You can't can a talk like this. You just can't.

5. The audience
And finally, while there were several upper-class students in attendance, it seemed that nearly all of the first year students were there. They liked the book, and read it - an easy read given the subject matter. They wanted to hear from her. And they wanted to see Mr. Elmore. (When I got to meet him I told him I was so glad he was alive. "Me too," he said.)

At first I wasn't sure if they got her and understood Ms. Holt was pointed, ironic, sarcastic, and funny. Indeed, this class seems VERY sweet and polite. They got her all right. They were just captivated. When she opened it up for questions, there were no microphones up front as there usually are. I think that could have been an error. But it added to the informal atmosphere as finally one, then two, and then a flood of hands started to go up as she and Mr. Elmore answered questions.

I actually get some chills thinking about our students. They wanted to know how this injustice (not the microphones) could happen. They were shocked, angry, moved, and sad. They wanted to hear from Ms. Holt. And they really wanted to hear from Mr. Elmore. They wanted to know how he FELT. They cared about him. It is rare here, if not unprecedented, for students to not stream out during the Q&A. Barely a soul moved when Ms. Holt concluded her remarks and began calling on students.

In the book-signing line afterward, some waited for over an hour for signatures and photos. One student took a selfie with them, which Ms. Holt explained to Mr. Elmore. They kindly posed for pictures, accepted hugs, deferred praise, and thanked our students for their care.

In summary
What makes a lecture a good one: The topic, the speaker, the learning, a personal approach, accessibility for our students (no secret service for this one), and emotion.

I wish they could all be this way. There is a reason students leave during the question and answer portion at other talks. They don't feel a connection. And that is the reason they stayed for this one.

Thank you Dr. Tynes, Sara Miller, Diana Holt, Edward Lee Elmore, and the Class of 2018 and other students. You just showed us the anatomy of a perfect lecture.



Friday, August 15, 2014

When 74 is Greater Than 76

Res Life staff dining in Skyline Room - Now accepting Bonus Bucks!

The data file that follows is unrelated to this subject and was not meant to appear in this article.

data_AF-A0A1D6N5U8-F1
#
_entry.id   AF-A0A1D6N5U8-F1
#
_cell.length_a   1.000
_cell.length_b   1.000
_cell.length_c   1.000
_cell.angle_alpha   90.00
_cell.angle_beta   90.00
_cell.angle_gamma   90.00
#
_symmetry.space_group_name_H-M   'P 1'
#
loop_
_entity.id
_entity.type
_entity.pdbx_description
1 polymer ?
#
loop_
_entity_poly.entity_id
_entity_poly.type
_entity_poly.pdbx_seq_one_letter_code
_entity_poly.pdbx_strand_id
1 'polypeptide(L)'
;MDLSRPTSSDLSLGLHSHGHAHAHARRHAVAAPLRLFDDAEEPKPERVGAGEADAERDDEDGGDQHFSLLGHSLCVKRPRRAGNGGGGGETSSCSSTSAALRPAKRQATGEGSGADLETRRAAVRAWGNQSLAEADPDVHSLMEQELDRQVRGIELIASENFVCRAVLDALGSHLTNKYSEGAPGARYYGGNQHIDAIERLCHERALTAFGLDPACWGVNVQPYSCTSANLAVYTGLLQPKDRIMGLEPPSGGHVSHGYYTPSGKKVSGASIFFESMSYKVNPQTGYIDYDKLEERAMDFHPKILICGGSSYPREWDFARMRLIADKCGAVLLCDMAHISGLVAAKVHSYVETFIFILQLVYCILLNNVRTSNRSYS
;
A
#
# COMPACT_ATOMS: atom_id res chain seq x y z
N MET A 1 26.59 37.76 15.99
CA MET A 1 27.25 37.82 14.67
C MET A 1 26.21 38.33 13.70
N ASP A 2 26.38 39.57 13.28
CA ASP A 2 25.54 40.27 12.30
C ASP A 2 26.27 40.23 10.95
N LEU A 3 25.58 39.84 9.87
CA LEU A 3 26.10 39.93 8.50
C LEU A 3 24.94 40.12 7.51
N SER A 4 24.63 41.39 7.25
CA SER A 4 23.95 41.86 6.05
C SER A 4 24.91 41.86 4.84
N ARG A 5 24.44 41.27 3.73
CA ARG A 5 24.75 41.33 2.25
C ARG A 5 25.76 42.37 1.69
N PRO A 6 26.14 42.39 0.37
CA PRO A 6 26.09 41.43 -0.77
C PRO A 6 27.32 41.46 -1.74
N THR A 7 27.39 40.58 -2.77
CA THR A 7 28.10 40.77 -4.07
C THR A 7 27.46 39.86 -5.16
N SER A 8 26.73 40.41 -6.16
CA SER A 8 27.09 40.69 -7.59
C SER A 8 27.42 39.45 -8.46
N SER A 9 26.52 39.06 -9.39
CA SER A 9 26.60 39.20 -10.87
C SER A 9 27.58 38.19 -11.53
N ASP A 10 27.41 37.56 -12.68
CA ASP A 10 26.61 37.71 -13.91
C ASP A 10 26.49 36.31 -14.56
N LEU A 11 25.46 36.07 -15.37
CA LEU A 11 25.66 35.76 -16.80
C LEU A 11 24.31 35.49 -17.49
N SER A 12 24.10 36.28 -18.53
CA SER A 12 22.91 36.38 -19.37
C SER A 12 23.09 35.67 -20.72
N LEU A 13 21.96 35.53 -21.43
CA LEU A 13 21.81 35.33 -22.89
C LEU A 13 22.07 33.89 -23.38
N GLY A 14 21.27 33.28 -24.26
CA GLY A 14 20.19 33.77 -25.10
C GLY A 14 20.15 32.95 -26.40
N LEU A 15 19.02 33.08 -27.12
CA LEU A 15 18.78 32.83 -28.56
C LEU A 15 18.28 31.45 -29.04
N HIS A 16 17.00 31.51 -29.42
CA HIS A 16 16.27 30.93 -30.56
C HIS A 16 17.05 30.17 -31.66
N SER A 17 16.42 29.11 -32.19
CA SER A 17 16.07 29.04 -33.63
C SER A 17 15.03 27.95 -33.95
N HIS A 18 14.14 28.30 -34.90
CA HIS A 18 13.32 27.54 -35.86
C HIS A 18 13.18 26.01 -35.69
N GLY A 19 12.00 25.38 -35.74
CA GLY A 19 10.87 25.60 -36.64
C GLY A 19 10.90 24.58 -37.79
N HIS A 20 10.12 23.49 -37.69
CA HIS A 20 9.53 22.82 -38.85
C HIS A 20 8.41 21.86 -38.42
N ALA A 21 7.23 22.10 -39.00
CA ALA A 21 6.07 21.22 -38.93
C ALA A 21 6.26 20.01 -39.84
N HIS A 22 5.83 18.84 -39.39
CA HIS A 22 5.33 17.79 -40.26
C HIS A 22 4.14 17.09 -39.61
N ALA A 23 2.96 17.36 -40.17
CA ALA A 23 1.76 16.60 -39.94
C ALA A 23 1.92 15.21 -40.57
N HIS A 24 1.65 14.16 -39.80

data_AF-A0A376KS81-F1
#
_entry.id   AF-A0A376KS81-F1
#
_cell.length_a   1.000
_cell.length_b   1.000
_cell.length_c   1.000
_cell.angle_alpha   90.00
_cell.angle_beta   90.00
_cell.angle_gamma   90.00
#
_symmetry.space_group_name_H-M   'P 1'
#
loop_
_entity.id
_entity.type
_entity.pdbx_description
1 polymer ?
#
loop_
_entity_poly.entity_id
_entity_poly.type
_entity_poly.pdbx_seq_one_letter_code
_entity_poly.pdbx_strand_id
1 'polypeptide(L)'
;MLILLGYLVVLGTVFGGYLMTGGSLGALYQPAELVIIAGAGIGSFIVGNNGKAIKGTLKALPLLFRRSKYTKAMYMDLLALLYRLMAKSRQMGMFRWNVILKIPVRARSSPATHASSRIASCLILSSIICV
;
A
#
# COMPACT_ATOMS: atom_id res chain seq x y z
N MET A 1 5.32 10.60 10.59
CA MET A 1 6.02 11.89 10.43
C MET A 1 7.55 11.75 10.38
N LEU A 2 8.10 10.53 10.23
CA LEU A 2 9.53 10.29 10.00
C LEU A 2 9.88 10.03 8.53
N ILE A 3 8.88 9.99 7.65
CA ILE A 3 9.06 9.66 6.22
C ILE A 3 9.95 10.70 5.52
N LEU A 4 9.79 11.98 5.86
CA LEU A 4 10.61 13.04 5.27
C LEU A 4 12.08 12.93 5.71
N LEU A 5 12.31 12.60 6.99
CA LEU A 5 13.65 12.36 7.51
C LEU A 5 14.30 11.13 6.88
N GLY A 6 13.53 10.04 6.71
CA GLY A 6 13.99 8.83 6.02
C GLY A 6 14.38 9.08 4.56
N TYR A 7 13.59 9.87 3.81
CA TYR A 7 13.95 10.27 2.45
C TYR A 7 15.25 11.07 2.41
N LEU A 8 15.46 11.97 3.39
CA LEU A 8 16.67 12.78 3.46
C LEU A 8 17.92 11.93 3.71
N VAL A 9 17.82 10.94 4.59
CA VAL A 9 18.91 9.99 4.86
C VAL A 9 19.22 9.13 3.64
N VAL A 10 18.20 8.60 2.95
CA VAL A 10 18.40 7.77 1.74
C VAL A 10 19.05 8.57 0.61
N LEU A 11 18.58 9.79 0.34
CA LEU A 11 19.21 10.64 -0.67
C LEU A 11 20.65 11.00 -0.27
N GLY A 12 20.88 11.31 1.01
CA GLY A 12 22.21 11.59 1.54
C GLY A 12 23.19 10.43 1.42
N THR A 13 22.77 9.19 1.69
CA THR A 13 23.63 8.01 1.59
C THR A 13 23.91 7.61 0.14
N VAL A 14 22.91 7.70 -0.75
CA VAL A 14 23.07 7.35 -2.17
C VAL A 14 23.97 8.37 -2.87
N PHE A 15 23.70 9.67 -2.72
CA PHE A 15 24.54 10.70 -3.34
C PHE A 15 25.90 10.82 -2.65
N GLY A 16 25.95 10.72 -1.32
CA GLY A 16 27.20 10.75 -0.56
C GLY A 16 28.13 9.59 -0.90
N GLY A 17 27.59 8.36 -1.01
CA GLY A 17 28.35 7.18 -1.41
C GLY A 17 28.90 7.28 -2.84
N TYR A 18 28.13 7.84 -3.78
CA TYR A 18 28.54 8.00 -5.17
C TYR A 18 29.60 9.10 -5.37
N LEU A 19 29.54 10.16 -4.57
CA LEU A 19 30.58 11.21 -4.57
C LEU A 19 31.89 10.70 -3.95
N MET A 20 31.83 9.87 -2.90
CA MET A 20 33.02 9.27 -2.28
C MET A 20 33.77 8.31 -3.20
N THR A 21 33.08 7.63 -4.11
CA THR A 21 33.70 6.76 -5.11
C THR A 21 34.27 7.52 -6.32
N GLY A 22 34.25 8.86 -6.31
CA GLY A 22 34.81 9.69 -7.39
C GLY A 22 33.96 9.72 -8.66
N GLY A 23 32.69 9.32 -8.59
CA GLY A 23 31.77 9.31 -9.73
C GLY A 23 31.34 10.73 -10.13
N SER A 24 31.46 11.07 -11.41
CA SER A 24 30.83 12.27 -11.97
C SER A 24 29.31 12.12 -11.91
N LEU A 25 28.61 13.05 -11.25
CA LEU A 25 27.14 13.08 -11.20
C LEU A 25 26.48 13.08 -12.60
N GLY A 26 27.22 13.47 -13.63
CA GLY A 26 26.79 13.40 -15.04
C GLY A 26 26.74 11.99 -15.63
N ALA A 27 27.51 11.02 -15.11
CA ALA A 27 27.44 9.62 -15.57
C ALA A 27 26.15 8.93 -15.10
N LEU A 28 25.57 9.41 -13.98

Four years ago Trinity University set out to re-haul its somewhat stale dining program. This week, the University finally made a list of top dining programs in the country. Trinity was named among the top 75 programs by The Daily Meal. Over 2,000 dining programs were reviewed. That puts us in the top 4%. I have eaten at a lot of dining halls around the country and I sincerely believe we deserve to be in the top tier.

In reviewing our program, students, faculty, and staff were interviewed and surveyed. Studies of campus foot traffic and usage patterns were conducted. The administration, faculty, and students were routinely updated. The following values were identified to under-gird all dining -related initiatives: quality, variety, value, health, and sustainability. Secondary values include convenience and presentation. Student government embraced the changes and voted in favor. Among the initiatives:

- Changing from an ala carte to all-you-care-to-eat format in the main dining area, Mabee Hall. This included a renovation and significant menu changes.
- Relocation of the POD convenience store and grill from the Coates Center to Mabee Hall.
- Installation of an Einstein's Brothers Bagel Shop in the Coates Center.
- Addition of local favorite, Taco Taco to the Coates Commons.
- Renovation of the swanky Skyline Room and a change to a bistro-style menu. Students will be able to use their Bonus Bucks now.

More changes are planned:
- The upper-campus POD in the Center for Sciences and Innovation will open this August.
- The Commons is tentatively scheduled for a minor renovation during winter break, to include a new, healthier option sandwich and salad station.
- The Skyline menu will be reviewed and updated.

This all matters a great deal to me because I believe that students and employees deserve healthy and tasty options on campus. At the end of the day, you get what you pay for - institutionally and on a meal-by-meal basis.